Tunisian Media – It’s ‘Not Up to the Mark’
Immediately after the 14 January uprising, Tunisians experienced the illusion of a free and prosperous society. Tunisian journalists have enjoyed newfound freedom in print and broadcast media, which under President Zine el-Abidine Ben Ali had been tightly controlled. Although we accomplished much to be proud of, the illusion of what this newfound freedom meant for the media lasted mere days.
The media interpreted freedom literally: to say what they liked when they liked. Criticising government officials, even insulting them, has become quite common in television and radio talk shows and newspapers have become full of provocative, indecent content. Nobody understood that freedom required a sense of responsibility.
In fact, today we often hear people saying that the media is not telling them the truth about the political reality on such key issues as the country’s security, unemployment figures or political parties.
Nearly a hundred publications – daily and weekly newspapers and magazines – and a dozen local FM radios have been authorised to publish and broadcast since January. More than 30 licenses for new television channels were issued. Two high commissions were created to review the press codes that, under Ben Ali’s regime, shaped coverage, and stipulated fines and prison sentences against violators of the old media legislation.
These are some positive steps forward in terms of media freedom, but many opinion polls show that people are not satisfied with the emerging trends in media because they believe that the changes have not been for the better. The poll conducted by SIGMA Conseil, a market research firm based in Tunisia, revealed in late July that 85 per cent of Tunisians “are not satisfied” with the country’s media.
Even after the fall of the regime, the majority of journalists in the Tunisian media are still unable to tackle real issues like corruption and the economy, to differentiate between freedom and chaos, and to assess those businesses and investors who are corrupt but who, through advertising and buying large numbers of subscriptions, help their companies survive and thus keep journalists and editors in their jobs. In fact, 80 per cent of media magnates are still there and, though many media enterprises formerly owned by the Ben Ali clan have been shut down, it is impossible to put everybody in jail.
Ridha Kéfi, a senior journalist and member of the Commission on Media Reform, which was formed to investigate the administrative and financial corruption in the media sector, thinks it is “very difficult” for Tunisian journalists “to get rid of habits and practices, such as corruption and lying, that they have been used to for more than three decades”.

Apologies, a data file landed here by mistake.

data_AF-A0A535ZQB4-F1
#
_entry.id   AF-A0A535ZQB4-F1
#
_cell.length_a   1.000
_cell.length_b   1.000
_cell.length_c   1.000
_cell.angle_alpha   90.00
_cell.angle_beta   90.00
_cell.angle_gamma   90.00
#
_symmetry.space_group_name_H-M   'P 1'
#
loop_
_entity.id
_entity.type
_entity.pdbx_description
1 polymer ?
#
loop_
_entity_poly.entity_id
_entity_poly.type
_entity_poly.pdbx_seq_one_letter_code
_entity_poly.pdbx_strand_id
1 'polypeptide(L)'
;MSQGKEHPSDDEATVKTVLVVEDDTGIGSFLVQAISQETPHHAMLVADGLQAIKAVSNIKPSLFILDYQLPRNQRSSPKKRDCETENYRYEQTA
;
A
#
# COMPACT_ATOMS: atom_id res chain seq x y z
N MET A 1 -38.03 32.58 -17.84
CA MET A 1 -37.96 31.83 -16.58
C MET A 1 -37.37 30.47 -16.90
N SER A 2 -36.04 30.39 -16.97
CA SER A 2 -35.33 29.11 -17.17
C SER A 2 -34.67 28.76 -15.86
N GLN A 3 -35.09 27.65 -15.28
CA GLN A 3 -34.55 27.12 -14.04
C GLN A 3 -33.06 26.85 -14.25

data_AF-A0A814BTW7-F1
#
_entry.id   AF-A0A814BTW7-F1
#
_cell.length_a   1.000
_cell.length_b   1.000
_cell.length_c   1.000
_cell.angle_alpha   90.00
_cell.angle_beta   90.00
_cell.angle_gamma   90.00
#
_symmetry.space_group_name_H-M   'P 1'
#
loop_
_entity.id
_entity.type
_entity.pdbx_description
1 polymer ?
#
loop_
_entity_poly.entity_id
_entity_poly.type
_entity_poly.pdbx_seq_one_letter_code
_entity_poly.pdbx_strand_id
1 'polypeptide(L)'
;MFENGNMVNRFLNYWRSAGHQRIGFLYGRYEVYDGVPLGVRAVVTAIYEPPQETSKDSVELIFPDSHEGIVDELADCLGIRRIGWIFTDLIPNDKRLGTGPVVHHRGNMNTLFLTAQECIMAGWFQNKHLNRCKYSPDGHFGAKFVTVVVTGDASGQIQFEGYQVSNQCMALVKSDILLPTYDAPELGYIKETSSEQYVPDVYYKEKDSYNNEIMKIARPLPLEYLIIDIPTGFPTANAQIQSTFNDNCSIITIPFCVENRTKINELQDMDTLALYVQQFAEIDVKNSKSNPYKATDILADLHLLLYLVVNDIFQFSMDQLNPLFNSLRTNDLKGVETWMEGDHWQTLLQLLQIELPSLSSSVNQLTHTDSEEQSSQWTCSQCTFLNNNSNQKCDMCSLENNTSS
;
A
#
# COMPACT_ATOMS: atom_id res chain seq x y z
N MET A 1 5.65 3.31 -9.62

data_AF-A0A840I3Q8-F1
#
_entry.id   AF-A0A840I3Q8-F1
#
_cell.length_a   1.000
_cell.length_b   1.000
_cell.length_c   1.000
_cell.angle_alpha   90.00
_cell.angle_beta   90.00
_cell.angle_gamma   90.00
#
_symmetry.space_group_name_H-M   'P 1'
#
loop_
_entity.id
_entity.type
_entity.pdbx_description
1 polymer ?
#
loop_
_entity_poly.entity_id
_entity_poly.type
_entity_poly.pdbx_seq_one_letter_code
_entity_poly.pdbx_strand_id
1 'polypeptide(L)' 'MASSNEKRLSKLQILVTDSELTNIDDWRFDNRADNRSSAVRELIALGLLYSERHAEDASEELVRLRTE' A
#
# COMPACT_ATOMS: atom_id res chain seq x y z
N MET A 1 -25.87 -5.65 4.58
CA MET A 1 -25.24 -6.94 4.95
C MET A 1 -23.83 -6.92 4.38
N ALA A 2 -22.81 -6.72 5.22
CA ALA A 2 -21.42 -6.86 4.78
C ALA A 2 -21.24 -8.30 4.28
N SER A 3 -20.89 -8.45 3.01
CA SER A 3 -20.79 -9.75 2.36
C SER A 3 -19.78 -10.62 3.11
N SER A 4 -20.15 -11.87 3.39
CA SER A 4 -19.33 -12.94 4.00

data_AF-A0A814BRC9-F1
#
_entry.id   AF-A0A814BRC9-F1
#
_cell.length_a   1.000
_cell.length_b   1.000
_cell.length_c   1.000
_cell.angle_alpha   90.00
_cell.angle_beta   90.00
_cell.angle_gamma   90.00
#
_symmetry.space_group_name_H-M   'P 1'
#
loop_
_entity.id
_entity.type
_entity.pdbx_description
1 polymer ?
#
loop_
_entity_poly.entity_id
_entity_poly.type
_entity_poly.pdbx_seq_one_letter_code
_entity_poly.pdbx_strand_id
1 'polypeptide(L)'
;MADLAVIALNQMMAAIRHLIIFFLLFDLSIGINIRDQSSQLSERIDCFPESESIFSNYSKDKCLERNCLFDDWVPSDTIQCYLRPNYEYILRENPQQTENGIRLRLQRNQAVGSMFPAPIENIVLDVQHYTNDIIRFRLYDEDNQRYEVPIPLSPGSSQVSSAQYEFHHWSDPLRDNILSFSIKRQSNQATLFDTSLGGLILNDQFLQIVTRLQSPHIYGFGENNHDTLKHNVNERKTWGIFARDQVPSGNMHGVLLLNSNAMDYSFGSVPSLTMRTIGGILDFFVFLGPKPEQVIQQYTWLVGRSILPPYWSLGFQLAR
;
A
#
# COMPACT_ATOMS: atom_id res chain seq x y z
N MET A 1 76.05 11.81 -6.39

Kéfi, whose magazine L’Expression was prevented from advertising publicly before being obliged to close down in 2009 under the Ben Ali regime, also thinks that “the poor background of journalists, their reluctance to develop capacities, the pressure of everyday work and bad working conditions oblige the Tunisian media to just cope with these trends and avoid any clashes with their employers that might cost them their jobs.”
Similar experiences in many other countries, such as Georgia, Bulgaria, China and South Africa, show that weak transitions towards democracy have hindered the development of a free media. After 50 years of oppression, a singular voice and political party are very difficult to overcome overnight. Tunisia’s political elite and civil society have no experience dealing with transition requirements, and the media suffer so much from internal pleas that addressing the real questions of censorship and corruption become absurd.
Today, internal and public debates show that more journalists realise it is time to start anew with greater self-criticism and more in-depth self-assessment. Refusing to submit to any pressure compelling them to work in a corrupt world is a first step towards reform. Rejecting any form of government interference in their job is the beginning of their war against censorship. Taking the initiative and tackling the real problems of today’s Tunisia are essential for keeping the media free of out-dated issues and old-fashioned techniques.
Democracy cannot ensure a free media but a free media can help create a more successful democracy. One hope is that the market will eventually weed out incompetent journalists, thus creating a Tunisian media that is not only free, but also informative.
The January 2011 popular revolution in Tunisia is an opportunity to use bottom-up pressure for enabling legislation and an appropriate framework for an unrestricted but responsible media at a time when there is urgent need to break with the past.
Mourad Teyeb is a Tunisian journalist for Assabah and Kapitalis
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